On October 26th, a hole was blasted in the base of 125' tall Condit Dam on the White Salmon River in Washington. In less than 2 hours, the reservoir behind the dam drained completely and the White Salmon flowed unimpeded by a dam for the first time in 100 years.
This short clip is a combination of video and timelapse photography captured throughout the day. The technical stuff:
Video was shot with a Sony FS100, a Sony EX1 recording to a KiPro HDD recorder, and a Canon 5D.
The timelapse photography was done with 2 Canon Rebel T2is and a Canon 7D. Additional cameras used include GoPro Hero 2s, GoPro HD Heros and a Canon 1D Mark 4.
This video first appeared on the National Geographic News site here: http://bit.ly/uCeO9d
and is a part of my larger effort to document the restoration of the White Salmon River: http://bit.ly/ro6Pjh
Big thanks to my partner in this project, Steve Stampfli, for all of his ideas and effort.
2011 was an historic year for rivers. The two dam removal projects that began as “crazy ideas” 30 years ago kicked off this year on the Elwha and White Salmon Rivers in Washington. These dam removal projects are the largest in history and represent a turning point in the effort to restore freeflowing rivers for salmon, recreation and culture. The climactic moment of the year was the explosive breach of 125 foot tall Condit Dam on the White Salmon, captured using video and timelapse photography techniques.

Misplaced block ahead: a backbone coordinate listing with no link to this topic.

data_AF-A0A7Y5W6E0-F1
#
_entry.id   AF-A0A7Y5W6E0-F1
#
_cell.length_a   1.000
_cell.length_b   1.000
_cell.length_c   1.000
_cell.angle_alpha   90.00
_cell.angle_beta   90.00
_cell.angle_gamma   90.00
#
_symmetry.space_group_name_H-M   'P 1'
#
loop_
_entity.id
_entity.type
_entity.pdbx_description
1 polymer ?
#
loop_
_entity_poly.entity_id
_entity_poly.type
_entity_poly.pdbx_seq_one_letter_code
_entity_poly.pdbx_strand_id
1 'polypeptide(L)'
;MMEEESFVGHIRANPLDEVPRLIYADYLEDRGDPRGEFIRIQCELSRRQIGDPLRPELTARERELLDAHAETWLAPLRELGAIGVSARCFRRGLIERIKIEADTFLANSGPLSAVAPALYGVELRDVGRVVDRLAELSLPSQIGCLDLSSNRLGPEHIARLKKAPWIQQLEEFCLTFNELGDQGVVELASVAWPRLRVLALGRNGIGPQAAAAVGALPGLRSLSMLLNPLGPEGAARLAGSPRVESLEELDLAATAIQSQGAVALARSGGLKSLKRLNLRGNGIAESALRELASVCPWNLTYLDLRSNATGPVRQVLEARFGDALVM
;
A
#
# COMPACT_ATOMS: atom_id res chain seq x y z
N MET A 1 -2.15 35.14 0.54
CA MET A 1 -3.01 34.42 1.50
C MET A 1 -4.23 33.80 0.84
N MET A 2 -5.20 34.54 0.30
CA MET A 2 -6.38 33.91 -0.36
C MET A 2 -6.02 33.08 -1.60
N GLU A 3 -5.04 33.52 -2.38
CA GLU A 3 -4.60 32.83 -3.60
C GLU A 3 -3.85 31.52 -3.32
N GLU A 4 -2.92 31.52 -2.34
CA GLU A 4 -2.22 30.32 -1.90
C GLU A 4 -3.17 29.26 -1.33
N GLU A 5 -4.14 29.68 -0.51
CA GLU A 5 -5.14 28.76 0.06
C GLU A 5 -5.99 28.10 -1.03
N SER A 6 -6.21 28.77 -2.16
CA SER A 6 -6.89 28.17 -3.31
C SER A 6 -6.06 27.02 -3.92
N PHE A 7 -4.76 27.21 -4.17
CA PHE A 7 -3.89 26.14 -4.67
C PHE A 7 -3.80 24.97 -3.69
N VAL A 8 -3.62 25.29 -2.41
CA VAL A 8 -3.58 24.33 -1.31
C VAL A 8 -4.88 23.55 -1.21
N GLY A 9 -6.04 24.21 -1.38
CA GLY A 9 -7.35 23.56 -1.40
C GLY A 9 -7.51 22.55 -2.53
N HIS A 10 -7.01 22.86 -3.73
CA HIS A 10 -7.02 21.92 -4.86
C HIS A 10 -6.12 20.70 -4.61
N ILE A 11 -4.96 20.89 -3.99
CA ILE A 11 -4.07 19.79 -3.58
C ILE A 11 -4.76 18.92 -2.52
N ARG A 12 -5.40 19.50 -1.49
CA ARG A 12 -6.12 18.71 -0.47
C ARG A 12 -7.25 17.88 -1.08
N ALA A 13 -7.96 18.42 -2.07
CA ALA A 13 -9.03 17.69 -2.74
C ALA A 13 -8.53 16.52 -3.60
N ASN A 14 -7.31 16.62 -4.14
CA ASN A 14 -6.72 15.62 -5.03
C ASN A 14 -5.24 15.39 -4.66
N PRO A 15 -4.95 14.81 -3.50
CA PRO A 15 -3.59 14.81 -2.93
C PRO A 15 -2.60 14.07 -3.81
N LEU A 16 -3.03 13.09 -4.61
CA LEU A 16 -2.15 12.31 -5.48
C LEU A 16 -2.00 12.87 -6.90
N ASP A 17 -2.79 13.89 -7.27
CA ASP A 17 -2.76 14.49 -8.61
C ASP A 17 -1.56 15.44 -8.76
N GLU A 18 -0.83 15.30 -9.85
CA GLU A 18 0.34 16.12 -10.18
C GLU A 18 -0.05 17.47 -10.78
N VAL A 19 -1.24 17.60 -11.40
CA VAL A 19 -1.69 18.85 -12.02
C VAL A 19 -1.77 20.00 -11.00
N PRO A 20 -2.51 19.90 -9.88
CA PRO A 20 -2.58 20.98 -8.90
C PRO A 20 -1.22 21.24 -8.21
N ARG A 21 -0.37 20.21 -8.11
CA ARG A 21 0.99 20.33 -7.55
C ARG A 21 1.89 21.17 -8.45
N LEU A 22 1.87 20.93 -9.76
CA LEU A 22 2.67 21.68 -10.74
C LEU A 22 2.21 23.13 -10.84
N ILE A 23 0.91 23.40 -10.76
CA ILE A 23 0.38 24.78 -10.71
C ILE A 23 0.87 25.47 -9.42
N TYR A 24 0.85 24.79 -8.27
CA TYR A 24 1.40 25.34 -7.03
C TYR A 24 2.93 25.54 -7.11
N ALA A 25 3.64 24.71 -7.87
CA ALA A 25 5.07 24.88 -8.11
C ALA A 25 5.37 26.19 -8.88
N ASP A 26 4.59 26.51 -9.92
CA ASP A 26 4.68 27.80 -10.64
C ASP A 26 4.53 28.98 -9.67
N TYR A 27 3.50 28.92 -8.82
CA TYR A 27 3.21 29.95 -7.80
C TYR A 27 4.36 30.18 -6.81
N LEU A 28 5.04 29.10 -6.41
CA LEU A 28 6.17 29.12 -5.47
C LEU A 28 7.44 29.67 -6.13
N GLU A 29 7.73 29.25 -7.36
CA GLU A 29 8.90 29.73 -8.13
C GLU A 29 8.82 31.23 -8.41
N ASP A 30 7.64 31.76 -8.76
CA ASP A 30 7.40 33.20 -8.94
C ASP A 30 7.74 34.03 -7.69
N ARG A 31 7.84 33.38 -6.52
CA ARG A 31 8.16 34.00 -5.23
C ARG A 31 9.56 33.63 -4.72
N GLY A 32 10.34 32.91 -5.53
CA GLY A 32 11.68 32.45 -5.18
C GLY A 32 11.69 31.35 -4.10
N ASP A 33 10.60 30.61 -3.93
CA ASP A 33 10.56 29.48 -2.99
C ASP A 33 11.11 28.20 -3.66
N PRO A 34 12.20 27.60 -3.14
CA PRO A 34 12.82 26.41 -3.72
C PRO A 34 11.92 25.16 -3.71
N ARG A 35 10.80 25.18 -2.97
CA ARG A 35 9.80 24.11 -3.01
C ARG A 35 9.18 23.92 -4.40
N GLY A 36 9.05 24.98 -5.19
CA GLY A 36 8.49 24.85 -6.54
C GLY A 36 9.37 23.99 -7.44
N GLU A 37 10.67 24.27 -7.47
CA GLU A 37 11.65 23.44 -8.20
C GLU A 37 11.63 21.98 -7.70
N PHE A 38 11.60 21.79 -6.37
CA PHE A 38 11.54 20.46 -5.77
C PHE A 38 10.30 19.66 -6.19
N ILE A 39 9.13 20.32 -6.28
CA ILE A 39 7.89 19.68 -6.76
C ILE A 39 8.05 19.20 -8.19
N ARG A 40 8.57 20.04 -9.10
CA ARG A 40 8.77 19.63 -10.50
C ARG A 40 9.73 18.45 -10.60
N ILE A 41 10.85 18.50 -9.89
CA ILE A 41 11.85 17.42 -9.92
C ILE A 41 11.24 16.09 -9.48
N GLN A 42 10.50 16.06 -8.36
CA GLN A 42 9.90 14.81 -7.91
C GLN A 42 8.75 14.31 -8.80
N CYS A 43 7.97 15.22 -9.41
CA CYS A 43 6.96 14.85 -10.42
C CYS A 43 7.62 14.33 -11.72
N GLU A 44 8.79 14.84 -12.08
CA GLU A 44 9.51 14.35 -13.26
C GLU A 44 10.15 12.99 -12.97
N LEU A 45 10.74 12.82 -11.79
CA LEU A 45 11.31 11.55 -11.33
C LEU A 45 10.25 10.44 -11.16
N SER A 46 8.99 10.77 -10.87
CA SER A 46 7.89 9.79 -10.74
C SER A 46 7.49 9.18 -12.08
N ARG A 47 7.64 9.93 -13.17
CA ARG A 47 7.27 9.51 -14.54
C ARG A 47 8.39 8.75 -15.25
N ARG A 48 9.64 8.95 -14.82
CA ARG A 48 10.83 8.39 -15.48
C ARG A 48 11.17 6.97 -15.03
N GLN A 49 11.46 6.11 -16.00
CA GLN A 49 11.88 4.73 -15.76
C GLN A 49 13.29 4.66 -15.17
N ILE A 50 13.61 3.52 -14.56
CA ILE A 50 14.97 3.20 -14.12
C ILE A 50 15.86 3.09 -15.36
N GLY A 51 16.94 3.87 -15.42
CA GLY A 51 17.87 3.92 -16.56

The third video in our Year of the River series, this film gives background on the historic Elwha River conservation success, and introduces us to two advocates, Rick Rutz and Shawn Cantrell, who helped make it happen. And special thanks to our oarsman Bruce McGlenn for getting us down the river.
The restoration of Washington's White Salmon River begins on October 26, when a hole will be blasted at the base of Condit Dam. Removing the outdated 125-foot tall dam will restore the health of the river and habitat for salmon and steelhead. It will also create new recreation opportunities on this river that is already a premier whitewater destination. The conservation community, including Friends of the White Salmon, the Yakama Nation, American Rivers, American Whitewater, and others have worked for more than 20 years to restore the river.
American Rivers dubbed 2011 “The Year of the River” because our country will soon reach the significant milestone of 1000 dams removed nationwide. This is the second video in the Year of the River series - the first video explored the current Elwha River dam removal project.